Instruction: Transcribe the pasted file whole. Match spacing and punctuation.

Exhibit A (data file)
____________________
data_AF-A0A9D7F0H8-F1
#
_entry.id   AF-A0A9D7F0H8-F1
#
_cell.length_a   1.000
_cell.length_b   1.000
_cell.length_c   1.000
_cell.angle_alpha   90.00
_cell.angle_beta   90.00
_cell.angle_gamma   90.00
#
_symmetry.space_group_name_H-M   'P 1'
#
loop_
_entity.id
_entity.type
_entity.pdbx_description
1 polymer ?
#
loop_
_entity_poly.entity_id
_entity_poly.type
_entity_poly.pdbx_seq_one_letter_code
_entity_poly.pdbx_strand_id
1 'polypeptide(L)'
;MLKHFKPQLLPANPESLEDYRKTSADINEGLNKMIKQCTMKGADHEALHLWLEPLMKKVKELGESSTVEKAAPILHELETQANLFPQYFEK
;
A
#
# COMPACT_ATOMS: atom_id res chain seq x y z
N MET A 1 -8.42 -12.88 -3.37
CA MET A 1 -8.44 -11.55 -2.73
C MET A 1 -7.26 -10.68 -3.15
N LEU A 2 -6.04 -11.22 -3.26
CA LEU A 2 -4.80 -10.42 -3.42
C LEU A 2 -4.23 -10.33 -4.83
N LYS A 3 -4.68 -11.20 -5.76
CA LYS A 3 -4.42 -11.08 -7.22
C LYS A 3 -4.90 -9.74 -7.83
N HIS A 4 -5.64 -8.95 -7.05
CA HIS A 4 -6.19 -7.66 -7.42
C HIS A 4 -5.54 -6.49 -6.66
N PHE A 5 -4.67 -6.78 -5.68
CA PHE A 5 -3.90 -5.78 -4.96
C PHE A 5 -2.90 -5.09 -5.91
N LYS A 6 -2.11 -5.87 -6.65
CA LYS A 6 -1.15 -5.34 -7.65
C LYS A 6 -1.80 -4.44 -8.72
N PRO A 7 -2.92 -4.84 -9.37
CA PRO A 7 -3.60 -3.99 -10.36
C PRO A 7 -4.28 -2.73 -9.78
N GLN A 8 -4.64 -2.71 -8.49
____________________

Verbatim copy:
data_AF-A0A9D7F0H8-F1
#
_entry.id   AF-A0A9D7F0H8-F1
#
_cell.length_a   1.000
_cell.length_b   1.000
_cell.length_c   1.000
_cell.angle_alpha   90.00
_cell.angle_beta   90.00
_cell.angle_gamma   90.00
#
_symmetry.space_group_name_H-M   'P 1'
#
loop_
_entity.id
_entity.type
_entity.pdbx_description
1 polymer ?
#
loop_
_entity_poly.entity_id
_entity_poly.type
_entity_poly.pdbx_seq_one_letter_code
_entity_poly.pdbx_strand_id
1 'polypeptide(L)'
;MLKHFKPQLLPANPESLEDYRKTSADINEGLNKMIKQCTMKGADHEALHLWLEPLMKKVKELGESSTVEKAAPILHELETQANLFPQYFEK
;
A
#
# COMPACT_ATOMS: atom_id res chain seq x y z
N MET A 1 -8.42 -12.88 -3.37
CA MET A 1 -8.44 -11.55 -2.73
C MET A 1 -7.26 -10.68 -3.15
N LEU A 2 -6.04 -11.22 -3.26
CA LEU A 2 -4.80 -10.42 -3.42
C LEU A 2 -4.23 -10.33 -4.83
N LYS A 3 -4.68 -11.20 -5.76
CA LYS A 3 -4.42 -11.08 -7.22
C LYS A 3 -4.90 -9.74 -7.83
N HIS A 4 -5.64 -8.95 -7.05
CA HIS A 4 -6.19 -7.66 -7.42
C HIS A 4 -5.54 -6.49 -6.66
N PHE A 5 -4.67 -6.78 -5.68
CA PHE A 5 -3.90 -5.78 -4.96
C PHE A 5 -2.90 -5.09 -5.91
N LYS A 6 -2.11 -5.87 -6.65
CA LYS A 6 -1.15 -5.34 -7.65
C LYS A 6 -1.80 -4.44 -8.72
N PRO A 7 -2.92 -4.84 -9.37
CA PRO A 7 -3.60 -3.99 -10.36
C PRO A 7 -4.28 -2.73 -9.78
N GLN A 8 -4.64 -2.71 -8.49